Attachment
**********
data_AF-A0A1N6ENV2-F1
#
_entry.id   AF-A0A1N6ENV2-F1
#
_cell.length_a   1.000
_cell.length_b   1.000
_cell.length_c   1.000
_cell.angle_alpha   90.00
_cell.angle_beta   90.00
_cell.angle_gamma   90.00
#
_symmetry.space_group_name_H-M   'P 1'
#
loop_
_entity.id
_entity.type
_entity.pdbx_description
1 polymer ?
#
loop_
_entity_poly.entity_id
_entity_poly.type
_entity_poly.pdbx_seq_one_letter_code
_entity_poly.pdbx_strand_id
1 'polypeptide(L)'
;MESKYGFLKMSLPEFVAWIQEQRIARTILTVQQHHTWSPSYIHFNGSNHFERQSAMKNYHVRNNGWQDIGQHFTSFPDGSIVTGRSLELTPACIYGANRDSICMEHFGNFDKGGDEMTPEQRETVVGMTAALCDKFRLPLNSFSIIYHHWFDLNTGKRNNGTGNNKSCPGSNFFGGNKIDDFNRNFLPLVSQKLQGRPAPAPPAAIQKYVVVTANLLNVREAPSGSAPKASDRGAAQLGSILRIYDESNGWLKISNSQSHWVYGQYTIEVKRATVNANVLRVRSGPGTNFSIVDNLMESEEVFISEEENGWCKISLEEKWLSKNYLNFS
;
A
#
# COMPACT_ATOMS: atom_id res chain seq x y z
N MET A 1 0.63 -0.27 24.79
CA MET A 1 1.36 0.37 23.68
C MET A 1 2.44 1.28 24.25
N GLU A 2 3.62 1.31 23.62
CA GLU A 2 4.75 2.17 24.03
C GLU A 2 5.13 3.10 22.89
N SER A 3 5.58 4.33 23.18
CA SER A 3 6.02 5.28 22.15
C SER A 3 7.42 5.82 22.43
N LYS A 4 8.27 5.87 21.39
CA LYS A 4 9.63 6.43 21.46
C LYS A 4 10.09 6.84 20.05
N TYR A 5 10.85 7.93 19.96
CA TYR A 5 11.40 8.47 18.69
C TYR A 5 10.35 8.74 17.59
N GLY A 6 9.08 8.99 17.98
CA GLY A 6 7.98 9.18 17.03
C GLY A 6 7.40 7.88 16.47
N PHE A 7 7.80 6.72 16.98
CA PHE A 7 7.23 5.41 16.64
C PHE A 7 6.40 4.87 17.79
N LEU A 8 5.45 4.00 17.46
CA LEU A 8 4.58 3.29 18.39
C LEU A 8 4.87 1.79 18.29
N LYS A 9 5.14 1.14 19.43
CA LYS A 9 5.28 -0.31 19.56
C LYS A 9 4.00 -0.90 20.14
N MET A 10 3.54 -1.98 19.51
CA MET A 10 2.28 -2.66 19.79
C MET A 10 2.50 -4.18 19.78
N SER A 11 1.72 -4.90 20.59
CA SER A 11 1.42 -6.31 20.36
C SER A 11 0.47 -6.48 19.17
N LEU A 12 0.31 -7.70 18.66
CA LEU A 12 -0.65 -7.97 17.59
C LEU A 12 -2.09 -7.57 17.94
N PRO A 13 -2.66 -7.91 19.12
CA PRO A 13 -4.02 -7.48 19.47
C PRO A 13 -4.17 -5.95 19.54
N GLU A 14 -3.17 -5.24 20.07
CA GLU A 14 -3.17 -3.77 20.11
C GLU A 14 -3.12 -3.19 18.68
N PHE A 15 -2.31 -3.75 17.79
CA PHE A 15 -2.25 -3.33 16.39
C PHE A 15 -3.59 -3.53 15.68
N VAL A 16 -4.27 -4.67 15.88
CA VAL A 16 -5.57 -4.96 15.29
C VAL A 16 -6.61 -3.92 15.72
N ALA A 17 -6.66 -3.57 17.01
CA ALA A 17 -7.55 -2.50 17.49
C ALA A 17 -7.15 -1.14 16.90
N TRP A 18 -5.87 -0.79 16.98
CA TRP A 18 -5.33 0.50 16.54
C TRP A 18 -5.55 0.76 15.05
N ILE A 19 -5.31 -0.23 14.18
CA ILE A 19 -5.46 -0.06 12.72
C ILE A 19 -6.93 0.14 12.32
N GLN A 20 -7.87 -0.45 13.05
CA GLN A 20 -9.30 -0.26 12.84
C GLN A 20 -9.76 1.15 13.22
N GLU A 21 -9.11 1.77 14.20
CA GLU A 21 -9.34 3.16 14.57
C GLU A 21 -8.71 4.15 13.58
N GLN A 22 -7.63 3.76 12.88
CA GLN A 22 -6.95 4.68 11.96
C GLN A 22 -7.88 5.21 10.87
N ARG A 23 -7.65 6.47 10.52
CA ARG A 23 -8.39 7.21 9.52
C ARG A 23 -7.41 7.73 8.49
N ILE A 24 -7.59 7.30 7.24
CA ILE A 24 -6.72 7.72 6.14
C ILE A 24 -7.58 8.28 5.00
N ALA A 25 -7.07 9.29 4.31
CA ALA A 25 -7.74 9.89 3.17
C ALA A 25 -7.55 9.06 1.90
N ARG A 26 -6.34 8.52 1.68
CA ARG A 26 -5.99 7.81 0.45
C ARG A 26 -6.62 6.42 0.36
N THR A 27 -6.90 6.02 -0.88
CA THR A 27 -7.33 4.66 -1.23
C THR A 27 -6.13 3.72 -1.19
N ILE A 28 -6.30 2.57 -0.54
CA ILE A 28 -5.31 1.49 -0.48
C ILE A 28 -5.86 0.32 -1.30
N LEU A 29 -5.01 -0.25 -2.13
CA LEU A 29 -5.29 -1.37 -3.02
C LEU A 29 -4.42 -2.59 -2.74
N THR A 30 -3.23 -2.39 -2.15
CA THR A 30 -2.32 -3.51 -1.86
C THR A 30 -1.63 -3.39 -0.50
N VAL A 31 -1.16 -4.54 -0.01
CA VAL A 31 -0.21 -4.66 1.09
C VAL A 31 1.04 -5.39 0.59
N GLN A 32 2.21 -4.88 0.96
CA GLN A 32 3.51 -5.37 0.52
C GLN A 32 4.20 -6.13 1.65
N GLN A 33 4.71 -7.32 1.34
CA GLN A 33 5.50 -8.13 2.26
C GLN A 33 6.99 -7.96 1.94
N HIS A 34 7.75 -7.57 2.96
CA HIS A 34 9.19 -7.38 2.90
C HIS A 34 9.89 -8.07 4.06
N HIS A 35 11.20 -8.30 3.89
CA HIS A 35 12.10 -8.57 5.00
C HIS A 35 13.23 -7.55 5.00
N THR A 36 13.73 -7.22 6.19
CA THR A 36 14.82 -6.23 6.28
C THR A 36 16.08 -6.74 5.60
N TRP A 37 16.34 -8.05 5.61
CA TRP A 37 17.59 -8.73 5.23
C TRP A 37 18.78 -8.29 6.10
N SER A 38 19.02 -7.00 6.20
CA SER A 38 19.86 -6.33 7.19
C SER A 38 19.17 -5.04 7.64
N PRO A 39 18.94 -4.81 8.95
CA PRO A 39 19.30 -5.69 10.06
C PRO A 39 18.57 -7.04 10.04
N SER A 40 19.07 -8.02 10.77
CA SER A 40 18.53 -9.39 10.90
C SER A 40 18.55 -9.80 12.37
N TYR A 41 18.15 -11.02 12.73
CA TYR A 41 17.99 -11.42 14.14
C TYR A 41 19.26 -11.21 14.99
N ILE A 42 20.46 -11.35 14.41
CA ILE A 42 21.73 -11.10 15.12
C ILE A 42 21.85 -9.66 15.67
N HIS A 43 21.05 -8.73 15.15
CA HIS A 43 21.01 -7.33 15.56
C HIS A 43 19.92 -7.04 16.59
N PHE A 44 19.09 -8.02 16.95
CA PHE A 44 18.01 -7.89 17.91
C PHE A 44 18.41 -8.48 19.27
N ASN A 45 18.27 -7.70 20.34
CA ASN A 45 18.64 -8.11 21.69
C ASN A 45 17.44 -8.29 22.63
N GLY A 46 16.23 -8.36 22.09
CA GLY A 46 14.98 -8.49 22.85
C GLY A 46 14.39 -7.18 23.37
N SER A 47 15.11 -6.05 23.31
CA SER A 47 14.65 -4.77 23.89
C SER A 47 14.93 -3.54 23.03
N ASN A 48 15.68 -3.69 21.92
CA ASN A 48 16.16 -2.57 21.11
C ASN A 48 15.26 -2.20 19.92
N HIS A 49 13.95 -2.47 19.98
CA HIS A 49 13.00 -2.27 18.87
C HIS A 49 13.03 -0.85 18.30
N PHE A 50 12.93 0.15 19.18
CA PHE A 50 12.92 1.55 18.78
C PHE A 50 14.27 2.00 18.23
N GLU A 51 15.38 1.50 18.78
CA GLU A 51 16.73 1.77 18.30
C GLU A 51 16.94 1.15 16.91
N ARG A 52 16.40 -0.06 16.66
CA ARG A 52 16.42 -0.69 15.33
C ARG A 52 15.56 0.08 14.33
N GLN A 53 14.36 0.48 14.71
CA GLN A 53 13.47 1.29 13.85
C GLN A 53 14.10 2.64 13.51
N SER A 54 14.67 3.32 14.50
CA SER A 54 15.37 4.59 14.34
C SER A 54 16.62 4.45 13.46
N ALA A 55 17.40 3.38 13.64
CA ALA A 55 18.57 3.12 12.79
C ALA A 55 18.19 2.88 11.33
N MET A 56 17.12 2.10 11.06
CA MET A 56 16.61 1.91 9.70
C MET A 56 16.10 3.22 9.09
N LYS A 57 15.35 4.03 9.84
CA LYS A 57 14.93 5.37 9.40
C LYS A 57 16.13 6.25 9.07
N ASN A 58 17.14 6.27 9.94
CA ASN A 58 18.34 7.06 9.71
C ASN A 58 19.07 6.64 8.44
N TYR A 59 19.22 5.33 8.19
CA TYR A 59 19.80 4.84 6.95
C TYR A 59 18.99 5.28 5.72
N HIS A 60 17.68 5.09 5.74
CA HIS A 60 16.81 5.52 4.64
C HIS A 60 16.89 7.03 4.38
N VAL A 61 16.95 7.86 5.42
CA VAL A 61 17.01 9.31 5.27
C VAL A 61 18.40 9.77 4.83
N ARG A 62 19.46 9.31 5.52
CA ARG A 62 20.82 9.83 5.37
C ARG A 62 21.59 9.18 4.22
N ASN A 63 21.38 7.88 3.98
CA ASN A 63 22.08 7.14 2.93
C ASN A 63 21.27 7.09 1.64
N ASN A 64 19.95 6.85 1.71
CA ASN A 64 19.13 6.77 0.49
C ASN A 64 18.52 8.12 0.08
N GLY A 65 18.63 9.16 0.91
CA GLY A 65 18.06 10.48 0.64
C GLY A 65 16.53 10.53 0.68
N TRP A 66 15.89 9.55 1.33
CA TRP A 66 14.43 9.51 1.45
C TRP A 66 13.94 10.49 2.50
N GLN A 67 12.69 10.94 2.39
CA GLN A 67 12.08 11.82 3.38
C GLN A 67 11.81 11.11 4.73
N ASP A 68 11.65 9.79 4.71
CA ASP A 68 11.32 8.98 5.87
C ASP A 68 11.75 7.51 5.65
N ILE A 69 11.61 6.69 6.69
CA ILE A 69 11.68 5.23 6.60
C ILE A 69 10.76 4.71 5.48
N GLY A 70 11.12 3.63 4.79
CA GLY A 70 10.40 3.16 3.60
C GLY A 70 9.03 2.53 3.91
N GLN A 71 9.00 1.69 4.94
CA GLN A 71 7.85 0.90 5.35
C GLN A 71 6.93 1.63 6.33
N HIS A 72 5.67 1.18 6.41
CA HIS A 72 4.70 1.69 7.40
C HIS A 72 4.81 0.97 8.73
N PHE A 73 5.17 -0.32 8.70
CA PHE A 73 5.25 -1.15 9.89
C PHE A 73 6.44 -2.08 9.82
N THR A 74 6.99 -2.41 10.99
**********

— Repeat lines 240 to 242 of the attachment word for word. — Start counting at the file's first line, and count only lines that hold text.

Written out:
C GLY A 70 9.03 2.53 3.91
N GLN A 71 9.00 1.69 4.94
CA GLN A 71 7.85 0.90 5.35